Pompeo arrives in Bahrain on Mideast charm offensive
Manama is the third leg of the tour that has already taken in Jerusalem and Khartoum. It is due to end in the United Arab Emirates, which earlier this month became only the third Arab country to agree to normalise relations with the Jewish state.
Pompeo has said he is hopeful other nations will follow suit, despite criticism of the deal from some parts of the Arab world.
The Palestinian leadership has derided the UAE's move as a "stab in the back".
Sudan on Tuesday also dashed US hopes for a speedy breakthrough, saying its transitional government, which replaced ousted strongman Omar al-Bashir last year and is set to rule until elections in 2022, has "no mandate" to take such a weighty step.
Manama, whose contacts with Israel date back to the 1990s, was the first Gulf country to welcome the UAE move and is considered a front-runner to follow in its footsteps.
Like most Gulf countries, Bahrain shares with the Jewish state a common enemy in Iran, which Manama accuses of instigating protests by the nation's Shiite Muslim community against the ruling Sunni Al-Khalifa dynasty.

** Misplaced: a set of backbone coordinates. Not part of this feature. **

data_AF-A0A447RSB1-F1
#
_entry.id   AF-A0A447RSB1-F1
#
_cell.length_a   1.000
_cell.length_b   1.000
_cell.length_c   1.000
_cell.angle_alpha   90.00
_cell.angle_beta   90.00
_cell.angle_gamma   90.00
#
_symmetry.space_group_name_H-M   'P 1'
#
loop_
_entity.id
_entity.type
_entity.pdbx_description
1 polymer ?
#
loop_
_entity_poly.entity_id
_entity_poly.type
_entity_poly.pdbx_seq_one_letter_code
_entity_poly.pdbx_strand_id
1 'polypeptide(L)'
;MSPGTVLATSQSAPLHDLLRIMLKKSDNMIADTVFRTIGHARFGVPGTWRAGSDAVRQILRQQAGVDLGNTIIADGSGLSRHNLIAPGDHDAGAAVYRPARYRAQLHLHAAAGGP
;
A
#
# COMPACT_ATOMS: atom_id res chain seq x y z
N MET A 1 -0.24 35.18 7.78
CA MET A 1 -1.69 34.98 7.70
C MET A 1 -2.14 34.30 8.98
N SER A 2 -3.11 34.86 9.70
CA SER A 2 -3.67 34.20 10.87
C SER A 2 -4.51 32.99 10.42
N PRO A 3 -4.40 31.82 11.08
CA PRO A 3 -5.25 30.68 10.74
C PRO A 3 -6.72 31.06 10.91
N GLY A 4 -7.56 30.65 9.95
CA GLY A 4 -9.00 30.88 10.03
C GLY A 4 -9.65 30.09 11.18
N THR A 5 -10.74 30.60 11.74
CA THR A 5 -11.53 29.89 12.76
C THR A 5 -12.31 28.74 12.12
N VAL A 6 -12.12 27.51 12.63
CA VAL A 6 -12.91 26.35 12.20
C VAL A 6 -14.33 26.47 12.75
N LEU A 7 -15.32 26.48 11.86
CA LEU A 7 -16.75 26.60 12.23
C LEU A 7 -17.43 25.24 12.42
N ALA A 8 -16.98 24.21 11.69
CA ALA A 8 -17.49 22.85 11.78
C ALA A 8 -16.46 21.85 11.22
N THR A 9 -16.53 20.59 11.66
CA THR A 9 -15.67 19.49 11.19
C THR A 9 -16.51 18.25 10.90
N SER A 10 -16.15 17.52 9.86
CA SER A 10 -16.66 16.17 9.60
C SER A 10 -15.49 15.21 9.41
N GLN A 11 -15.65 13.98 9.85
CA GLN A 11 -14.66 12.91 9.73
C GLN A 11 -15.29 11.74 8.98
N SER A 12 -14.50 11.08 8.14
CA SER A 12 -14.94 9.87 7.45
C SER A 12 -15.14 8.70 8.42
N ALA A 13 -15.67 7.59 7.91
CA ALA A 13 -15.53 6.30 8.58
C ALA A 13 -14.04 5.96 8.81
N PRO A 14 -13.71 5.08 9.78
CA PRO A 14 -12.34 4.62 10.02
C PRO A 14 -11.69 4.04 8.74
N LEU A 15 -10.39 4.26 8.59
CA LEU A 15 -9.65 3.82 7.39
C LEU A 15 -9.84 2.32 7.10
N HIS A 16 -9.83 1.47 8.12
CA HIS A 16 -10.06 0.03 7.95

Bahrain -- a close ally of regional heavyweight Saudi Arabia -- is unlikely to establish official relations with Israel without Riyadh's blessing, but it could play an important intermediary role.
"While Saudi Arabia cannot directly normalise relations amid a stalemate in the peace process, Bahrain could become a hub for Saudi-Israeli exchange," Andreas Krieg of King's College London told AFP.
Saudi Arabia, while not condemning the UAE-Israel deal, has refused to normalise ties until Israel signs an internationally recognised peace accord with the Palestinians.
Not only would a formal recognition of Israel be seen by Palestinians and their supporters as a betrayal of their cause, it could also hurt the kingdom's image as the leader of the Islamic world.
On Tuesday, the US chief diplomat spoke by phone with Abu Dhabi's Crown Prince Sheikh Mohammed bin Zayed Al-Nahyan, who is seen as the driving force behind the Israel agreement.
The two discussed the historic deal "and the prospects for strengthening it in a way that serves the foundations of peace and stability in the region", the official Emirati news agency WAM said.
Israeli Prime Minister Benjamin Netanyahu has denied reports that the UAE deal hinges on the sale of US F-35 stealth fighter-jets to the Emirates, saying he opposes a move that could reduce Israel's strategic edge in the region.